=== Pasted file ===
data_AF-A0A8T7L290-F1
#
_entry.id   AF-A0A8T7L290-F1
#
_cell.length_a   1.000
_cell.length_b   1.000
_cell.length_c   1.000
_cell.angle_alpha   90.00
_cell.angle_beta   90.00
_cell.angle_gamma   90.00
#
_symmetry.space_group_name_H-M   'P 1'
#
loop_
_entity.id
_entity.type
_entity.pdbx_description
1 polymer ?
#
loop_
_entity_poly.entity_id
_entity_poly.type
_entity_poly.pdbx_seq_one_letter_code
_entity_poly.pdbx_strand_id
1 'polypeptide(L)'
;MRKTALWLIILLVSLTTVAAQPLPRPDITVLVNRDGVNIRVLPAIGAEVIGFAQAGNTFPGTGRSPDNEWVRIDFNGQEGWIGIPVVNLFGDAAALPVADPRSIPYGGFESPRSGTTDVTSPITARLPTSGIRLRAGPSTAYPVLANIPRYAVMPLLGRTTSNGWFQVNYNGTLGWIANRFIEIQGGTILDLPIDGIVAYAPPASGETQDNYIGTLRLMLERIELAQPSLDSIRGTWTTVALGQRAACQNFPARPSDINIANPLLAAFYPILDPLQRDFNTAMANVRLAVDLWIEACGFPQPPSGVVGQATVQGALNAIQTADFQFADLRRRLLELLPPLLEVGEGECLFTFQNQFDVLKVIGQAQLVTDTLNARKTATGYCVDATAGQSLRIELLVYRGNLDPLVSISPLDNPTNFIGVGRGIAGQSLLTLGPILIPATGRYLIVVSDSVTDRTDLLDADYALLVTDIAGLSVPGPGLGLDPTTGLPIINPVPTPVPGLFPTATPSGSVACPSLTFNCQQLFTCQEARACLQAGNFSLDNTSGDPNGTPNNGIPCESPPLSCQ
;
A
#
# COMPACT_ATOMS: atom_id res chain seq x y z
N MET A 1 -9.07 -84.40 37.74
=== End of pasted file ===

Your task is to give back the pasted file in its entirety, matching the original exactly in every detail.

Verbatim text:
data_AF-A0A8T7L290-F1
#
_entry.id   AF-A0A8T7L290-F1
#
_cell.length_a   1.000
_cell.length_b   1.000
_cell.length_c   1.000
_cell.angle_alpha   90.00
_cell.angle_beta   90.00
_cell.angle_gamma   90.00
#
_symmetry.space_group_name_H-M   'P 1'
#
loop_
_entity.id
_entity.type
_entity.pdbx_description
1 polymer ?
#
loop_
_entity_poly.entity_id
_entity_poly.type
_entity_poly.pdbx_seq_one_letter_code
_entity_poly.pdbx_strand_id
1 'polypeptide(L)'
;MRKTALWLIILLVSLTTVAAQPLPRPDITVLVNRDGVNIRVLPAIGAEVIGFAQAGNTFPGTGRSPDNEWVRIDFNGQEGWIGIPVVNLFGDAAALPVADPRSIPYGGFESPRSGTTDVTSPITARLPTSGIRLRAGPSTAYPVLANIPRYAVMPLLGRTTSNGWFQVNYNGTLGWIANRFIEIQGGTILDLPIDGIVAYAPPASGETQDNYIGTLRLMLERIELAQPSLDSIRGTWTTVALGQRAACQNFPARPSDINIANPLLAAFYPILDPLQRDFNTAMANVRLAVDLWIEACGFPQPPSGVVGQATVQGALNAIQTADFQFADLRRRLLELLPPLLEVGEGECLFTFQNQFDVLKVIGQAQLVTDTLNARKTATGYCVDATAGQSLRIELLVYRGNLDPLVSISPLDNPTNFIGVGRGIAGQSLLTLGPILIPATGRYLIVVSDSVTDRTDLLDADYALLVTDIAGLSVPGPGLGLDPTTGLPIINPVPTPVPGLFPTATPSGSVACPSLTFNCQQLFTCQEARACLQAGNFSLDNTSGDPNGTPNNGIPCESPPLSCQ
;
A
#
# COMPACT_ATOMS: atom_id res chain seq x y z
N MET A 1 -9.07 -84.40 37.74